For some reason, I have always liked photographs of grapes. Consequently, I also enjoy doing drawings of grapes. There is just something very appealing about their round, richly-coloured skins which thinly cover the juicy sweetness and/or tartness of the insides.
Of course, what neither the photo nor the drawing can convey is the smell of ripe grapes. One of my most vivid memories of the late Alabama summer was the smell of the Muscadine grapes as we picked them in the relative coolness of a late afternoon. Then there was the special taste of a sun-warmed grape which just happened to find its way into my mouth instead of into my bucket!
Of course, I could not resist playing with my drawing of grapes and what you see above is the result! It is supposed to be some sort of colour inversion. I like the result -- it gives me green leaves and even deeper purple grapes. Now I am unsure which I like better -- the actual drawing or the manipulated one!
Now I want to show you the remaining drawing I had done of pomegranate blossoms. You may recall the drawing I showed you back on July 5th, 2010 of pomegranate blossoms. I did the above sketch at the same time but did not have space in that posting to include it. So here it is now.
Once again, I could not resist playing with this image as well. I don't know what it is about this "twisting" software that appeals to me so much -- maybe it is because it makes the colours look like they are dancing! Dancing colours -- what a lovely concept.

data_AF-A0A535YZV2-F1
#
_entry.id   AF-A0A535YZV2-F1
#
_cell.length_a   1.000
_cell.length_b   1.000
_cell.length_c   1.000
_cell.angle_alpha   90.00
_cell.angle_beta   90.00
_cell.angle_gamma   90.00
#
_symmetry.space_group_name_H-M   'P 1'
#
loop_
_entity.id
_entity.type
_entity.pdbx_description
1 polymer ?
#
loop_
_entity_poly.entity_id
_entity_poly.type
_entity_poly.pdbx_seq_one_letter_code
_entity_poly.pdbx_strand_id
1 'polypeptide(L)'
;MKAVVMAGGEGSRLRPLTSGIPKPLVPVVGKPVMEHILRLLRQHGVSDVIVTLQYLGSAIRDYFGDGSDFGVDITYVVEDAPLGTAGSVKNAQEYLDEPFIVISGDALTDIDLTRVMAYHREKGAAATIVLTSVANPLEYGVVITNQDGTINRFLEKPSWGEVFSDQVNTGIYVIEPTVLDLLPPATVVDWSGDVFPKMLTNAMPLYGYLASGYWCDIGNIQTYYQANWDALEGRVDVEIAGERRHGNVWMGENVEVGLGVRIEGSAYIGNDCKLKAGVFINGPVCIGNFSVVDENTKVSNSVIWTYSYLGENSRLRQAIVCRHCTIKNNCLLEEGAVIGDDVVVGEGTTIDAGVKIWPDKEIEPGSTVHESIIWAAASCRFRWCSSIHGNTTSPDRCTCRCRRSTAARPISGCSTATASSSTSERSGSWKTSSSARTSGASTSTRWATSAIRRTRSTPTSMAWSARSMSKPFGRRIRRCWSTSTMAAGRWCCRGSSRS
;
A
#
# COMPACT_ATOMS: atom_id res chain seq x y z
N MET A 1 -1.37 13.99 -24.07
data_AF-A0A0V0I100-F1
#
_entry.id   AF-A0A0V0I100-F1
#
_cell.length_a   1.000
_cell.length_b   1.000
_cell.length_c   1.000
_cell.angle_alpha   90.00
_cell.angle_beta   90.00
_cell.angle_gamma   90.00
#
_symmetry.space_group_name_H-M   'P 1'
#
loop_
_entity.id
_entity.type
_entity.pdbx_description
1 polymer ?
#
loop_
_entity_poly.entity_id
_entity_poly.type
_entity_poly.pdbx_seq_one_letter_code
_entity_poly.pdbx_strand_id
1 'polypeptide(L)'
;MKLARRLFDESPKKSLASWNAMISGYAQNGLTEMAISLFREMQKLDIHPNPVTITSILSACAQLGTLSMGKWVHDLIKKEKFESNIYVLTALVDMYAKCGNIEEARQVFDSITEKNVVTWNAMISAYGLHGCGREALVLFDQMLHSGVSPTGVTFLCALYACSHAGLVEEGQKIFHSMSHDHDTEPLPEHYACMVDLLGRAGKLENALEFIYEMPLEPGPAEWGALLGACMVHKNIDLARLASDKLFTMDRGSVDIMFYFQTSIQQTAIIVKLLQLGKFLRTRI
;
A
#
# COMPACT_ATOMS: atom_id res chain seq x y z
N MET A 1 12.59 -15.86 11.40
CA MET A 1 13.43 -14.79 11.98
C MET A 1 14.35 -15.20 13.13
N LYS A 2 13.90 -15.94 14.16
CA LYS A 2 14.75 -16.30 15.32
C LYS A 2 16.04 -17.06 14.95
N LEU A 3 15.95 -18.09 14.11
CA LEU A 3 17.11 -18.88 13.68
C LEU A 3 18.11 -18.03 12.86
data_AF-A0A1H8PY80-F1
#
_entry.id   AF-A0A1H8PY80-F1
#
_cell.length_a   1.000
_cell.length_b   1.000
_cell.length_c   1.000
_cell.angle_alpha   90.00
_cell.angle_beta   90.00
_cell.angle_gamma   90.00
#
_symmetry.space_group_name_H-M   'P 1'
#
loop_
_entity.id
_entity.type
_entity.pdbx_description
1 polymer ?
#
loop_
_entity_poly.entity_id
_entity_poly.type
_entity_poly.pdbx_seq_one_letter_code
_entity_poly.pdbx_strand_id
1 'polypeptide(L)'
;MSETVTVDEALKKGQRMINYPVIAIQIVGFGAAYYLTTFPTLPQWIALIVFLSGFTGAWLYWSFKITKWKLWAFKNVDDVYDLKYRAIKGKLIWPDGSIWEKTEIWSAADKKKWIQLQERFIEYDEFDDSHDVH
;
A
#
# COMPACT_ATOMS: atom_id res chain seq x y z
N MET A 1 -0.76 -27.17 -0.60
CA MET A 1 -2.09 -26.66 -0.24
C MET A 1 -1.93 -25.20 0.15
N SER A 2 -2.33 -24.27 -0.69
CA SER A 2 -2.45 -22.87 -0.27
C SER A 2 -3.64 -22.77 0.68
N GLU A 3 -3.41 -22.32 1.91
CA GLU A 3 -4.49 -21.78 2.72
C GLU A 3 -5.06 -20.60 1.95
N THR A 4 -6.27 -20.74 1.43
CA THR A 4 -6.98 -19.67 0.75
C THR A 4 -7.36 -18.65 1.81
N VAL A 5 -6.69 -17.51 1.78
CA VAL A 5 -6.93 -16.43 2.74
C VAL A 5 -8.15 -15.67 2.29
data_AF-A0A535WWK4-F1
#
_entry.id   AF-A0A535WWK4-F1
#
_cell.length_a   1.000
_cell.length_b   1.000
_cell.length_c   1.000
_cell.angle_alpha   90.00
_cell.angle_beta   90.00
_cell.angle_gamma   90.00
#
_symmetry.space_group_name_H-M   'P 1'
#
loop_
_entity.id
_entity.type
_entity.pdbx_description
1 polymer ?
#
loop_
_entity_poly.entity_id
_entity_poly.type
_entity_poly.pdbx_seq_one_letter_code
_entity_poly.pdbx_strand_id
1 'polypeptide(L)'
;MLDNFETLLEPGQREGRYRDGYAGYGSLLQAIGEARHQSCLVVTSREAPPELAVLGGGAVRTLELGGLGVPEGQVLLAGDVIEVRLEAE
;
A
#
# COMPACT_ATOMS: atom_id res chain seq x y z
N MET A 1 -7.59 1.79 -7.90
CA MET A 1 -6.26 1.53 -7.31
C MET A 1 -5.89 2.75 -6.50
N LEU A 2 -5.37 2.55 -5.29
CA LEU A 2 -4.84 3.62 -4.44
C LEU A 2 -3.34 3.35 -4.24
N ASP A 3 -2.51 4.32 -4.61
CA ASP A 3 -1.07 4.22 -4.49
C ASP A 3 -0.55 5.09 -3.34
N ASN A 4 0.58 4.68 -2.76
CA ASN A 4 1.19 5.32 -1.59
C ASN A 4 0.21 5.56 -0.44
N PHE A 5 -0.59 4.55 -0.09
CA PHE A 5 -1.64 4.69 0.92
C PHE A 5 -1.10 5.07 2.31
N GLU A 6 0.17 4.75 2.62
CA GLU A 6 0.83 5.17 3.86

Finally, I want to show you three photos of bridges. While my love for photos of trees would have to come first on my lists of favourites, photos of old-fashioned bridges would probably be second.
This one is a real favourite of mine. I love the look of mossy coolness and all the trees and shrubs around. The circular hole at the base of the bridge brings out the whimsy in me -- I imagine that you can pass from one reality to another simply by going through the hole in the right way. Or maybe, it is where the troll lives that collects the tolls from anyone trying to cross the bridge!
Here is a natural rock bridge caused by thousands of years of erosion. I think that the photo was taken in the Appalachian mountains where you find a number of these natural rock bridges.
Here is a lovely little bridge photographed through the branches of a fallen tree. To me, the fallen tree is also beautiful. The large amount of gray and black in a misty setting makes the brightness of the leaves stand out all the more. I would love to be the kind of artist that could see a scene like this and paint it in such a way that it would become even more powerful and dynamic than it is in a photograph. Ah, well....
I, like many other people around the world, have been watching with great thankfulness the amazing rescue of the miners from Chile. It is almost like having 33 men brought back from the dead. I can only wonder, of course, what the lives of these men will be like from this point on. Certainly they have been changed.
May the peace of God be with you all.